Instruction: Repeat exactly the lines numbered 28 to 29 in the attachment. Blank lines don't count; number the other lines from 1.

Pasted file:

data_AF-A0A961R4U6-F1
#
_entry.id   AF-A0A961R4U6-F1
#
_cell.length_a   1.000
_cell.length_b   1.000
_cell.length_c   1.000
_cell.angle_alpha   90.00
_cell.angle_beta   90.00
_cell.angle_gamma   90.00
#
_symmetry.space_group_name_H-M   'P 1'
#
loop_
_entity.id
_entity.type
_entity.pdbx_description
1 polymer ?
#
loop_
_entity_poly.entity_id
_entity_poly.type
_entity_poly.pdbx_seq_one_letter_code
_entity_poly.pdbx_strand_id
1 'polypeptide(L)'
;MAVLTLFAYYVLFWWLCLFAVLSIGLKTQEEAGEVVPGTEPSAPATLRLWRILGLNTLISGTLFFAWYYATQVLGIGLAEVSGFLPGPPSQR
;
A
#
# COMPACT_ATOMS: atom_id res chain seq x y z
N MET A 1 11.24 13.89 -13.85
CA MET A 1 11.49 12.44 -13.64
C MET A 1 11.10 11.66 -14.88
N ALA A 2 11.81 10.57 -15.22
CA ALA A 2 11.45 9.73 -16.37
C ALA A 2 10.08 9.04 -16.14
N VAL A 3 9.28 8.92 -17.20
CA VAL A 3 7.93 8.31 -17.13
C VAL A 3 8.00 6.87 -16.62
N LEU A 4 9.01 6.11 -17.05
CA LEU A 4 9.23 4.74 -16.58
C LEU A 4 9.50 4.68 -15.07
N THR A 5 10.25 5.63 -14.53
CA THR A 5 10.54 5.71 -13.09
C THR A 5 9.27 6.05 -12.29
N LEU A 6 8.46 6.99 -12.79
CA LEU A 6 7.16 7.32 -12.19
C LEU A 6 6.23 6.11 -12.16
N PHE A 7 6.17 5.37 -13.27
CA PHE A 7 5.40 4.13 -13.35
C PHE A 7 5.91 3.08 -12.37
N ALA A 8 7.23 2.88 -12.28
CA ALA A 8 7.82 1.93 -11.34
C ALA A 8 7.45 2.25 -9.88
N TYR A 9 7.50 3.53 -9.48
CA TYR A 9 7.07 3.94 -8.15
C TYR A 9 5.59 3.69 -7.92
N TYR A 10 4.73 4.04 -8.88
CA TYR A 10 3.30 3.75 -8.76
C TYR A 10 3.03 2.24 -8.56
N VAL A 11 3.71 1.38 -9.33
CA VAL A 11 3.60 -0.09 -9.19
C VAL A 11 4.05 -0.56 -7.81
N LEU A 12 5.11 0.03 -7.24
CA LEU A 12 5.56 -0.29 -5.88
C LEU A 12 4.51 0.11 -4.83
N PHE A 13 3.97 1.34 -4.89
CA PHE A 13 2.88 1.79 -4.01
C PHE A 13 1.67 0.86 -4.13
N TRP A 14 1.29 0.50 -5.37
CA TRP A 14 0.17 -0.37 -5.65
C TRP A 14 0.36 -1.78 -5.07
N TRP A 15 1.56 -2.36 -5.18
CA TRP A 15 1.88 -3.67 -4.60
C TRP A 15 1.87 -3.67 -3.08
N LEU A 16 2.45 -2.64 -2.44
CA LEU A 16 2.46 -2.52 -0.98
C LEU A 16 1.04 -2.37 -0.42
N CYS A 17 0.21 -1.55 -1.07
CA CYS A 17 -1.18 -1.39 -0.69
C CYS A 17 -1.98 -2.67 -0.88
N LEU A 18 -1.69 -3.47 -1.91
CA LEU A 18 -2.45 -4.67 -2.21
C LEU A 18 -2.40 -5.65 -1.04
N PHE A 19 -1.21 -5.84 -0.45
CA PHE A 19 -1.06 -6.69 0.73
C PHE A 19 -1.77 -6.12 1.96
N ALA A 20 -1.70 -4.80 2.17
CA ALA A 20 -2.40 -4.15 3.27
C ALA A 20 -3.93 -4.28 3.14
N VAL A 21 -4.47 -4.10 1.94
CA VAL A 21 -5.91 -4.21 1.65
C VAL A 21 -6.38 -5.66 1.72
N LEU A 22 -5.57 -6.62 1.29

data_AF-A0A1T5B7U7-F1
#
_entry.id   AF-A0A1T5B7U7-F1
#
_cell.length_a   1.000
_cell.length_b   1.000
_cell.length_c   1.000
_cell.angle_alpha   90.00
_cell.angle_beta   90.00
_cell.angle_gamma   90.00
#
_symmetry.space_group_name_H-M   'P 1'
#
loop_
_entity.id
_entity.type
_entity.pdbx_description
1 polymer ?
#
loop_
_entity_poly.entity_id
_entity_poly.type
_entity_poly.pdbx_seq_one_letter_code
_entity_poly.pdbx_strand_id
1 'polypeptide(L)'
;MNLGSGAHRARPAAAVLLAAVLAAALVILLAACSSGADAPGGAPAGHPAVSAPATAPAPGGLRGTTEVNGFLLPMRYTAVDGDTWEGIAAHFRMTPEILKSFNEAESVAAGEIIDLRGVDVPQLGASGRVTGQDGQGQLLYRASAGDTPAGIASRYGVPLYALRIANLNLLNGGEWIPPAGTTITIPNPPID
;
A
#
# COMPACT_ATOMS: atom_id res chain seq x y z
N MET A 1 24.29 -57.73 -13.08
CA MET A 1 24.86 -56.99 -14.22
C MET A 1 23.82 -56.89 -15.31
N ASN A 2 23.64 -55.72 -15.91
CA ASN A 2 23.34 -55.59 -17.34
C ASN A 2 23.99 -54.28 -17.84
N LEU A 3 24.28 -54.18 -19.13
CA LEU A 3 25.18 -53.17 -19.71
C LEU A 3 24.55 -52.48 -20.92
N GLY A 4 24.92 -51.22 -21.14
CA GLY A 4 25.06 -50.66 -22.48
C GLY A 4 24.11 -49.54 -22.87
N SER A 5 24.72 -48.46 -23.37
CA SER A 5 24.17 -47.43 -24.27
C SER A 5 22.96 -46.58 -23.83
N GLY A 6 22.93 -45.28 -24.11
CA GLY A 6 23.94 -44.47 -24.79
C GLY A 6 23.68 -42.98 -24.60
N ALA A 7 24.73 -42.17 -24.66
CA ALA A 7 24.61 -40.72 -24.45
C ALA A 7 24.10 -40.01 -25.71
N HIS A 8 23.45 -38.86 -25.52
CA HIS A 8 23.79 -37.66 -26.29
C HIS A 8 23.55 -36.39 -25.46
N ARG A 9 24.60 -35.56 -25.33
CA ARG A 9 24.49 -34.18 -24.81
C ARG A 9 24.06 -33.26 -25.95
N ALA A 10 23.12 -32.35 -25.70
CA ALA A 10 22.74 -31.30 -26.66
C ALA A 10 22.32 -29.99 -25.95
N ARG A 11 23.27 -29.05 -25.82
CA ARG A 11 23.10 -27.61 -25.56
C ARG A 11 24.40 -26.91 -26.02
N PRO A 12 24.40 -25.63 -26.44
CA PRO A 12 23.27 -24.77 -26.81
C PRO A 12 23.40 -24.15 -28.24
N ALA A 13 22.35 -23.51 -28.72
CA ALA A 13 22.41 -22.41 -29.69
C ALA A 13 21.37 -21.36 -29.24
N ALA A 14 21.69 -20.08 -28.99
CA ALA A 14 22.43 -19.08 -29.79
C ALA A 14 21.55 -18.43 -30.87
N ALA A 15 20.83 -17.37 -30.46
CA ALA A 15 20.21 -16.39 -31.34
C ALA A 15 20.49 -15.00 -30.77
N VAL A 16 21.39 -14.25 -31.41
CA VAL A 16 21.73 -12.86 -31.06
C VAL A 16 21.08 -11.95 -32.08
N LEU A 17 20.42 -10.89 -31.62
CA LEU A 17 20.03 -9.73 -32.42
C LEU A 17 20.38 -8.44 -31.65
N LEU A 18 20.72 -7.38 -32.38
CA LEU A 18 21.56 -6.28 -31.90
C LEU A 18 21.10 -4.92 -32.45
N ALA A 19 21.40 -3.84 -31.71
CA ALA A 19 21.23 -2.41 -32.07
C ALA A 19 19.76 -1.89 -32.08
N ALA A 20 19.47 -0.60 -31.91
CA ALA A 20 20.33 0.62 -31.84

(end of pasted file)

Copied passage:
A
#